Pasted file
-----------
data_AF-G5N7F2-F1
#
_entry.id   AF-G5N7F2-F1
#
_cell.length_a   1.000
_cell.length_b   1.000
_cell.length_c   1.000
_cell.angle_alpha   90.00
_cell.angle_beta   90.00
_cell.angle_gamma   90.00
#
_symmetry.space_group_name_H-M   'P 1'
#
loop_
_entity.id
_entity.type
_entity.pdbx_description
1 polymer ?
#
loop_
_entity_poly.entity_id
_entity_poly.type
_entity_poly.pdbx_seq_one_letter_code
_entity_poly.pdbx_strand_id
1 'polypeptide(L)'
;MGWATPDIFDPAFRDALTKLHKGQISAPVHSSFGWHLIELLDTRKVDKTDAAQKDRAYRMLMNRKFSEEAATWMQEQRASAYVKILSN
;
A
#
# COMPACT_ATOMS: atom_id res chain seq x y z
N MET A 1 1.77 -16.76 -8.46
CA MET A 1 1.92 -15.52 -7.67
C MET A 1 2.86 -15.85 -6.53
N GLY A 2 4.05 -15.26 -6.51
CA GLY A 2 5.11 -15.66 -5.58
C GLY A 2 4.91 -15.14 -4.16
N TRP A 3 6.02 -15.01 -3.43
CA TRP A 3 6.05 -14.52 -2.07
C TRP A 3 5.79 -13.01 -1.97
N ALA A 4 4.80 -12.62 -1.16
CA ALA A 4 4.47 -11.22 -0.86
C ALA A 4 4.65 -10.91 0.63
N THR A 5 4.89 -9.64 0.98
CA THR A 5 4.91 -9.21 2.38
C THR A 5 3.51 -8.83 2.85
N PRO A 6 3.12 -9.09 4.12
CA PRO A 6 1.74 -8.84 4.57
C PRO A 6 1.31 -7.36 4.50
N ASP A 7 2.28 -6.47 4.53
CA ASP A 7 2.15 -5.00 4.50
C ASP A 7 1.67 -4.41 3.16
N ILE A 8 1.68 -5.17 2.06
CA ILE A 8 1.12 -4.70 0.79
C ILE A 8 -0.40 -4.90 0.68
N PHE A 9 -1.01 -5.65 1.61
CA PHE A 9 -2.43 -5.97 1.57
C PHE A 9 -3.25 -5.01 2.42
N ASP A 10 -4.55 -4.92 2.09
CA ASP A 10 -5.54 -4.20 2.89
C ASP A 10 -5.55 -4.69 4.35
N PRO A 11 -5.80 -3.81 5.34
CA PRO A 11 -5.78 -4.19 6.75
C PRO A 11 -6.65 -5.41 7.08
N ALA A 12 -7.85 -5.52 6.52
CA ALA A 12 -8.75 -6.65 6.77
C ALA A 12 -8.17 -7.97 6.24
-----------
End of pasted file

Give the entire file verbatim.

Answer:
data_AF-G5N7F2-F1
#
_entry.id   AF-G5N7F2-F1
#
_cell.length_a   1.000
_cell.length_b   1.000
_cell.length_c   1.000
_cell.angle_alpha   90.00
_cell.angle_beta   90.00
_cell.angle_gamma   90.00
#
_symmetry.space_group_name_H-M   'P 1'
#
loop_
_entity.id
_entity.type
_entity.pdbx_description
1 polymer ?
#
loop_
_entity_poly.entity_id
_entity_poly.type
_entity_poly.pdbx_seq_one_letter_code
_entity_poly.pdbx_strand_id
1 'polypeptide(L)'
;MGWATPDIFDPAFRDALTKLHKGQISAPVHSSFGWHLIELLDTRKVDKTDAAQKDRAYRMLMNRKFSEEAATWMQEQRASAYVKILSN
;
A
#
# COMPACT_ATOMS: atom_id res chain seq x y z
N MET A 1 1.77 -16.76 -8.46
CA MET A 1 1.92 -15.52 -7.67
C MET A 1 2.86 -15.85 -6.53
N GLY A 2 4.05 -15.26 -6.51
CA GLY A 2 5.11 -15.66 -5.58
C GLY A 2 4.91 -15.14 -4.16
N TRP A 3 6.02 -15.01 -3.43
CA TRP A 3 6.05 -14.52 -2.07
C TRP A 3 5.79 -13.01 -1.97
N ALA A 4 4.80 -12.62 -1.16
CA ALA A 4 4.47 -11.22 -0.86
C ALA A 4 4.65 -10.91 0.63
N THR A 5 4.89 -9.64 0.98
CA THR A 5 4.91 -9.21 2.38
C THR A 5 3.51 -8.83 2.85
N PRO A 6 3.12 -9.09 4.12
CA PRO A 6 1.74 -8.84 4.57
C PRO A 6 1.31 -7.36 4.50
N ASP A 7 2.28 -6.47 4.53
CA ASP A 7 2.15 -5.00 4.50
C ASP A 7 1.67 -4.41 3.16
N ILE A 8 1.68 -5.17 2.06
CA ILE A 8 1.12 -4.70 0.79
C ILE A 8 -0.40 -4.90 0.68
N PHE A 9 -1.01 -5.65 1.61
CA PHE A 9 -2.43 -5.97 1.57
C PHE A 9 -3.25 -5.01 2.42
N ASP A 10 -4.55 -4.92 2.09
CA ASP A 10 -5.54 -4.20 2.89
C ASP A 10 -5.55 -4.69 4.35
N PRO A 11 -5.80 -3.81 5.34
CA PRO A 11 -5.78 -4.19 6.75
C PRO A 11 -6.65 -5.41 7.08
N ALA A 12 -7.85 -5.52 6.52
CA ALA A 12 -8.75 -6.65 6.77
C ALA A 12 -8.17 -7.97 6.24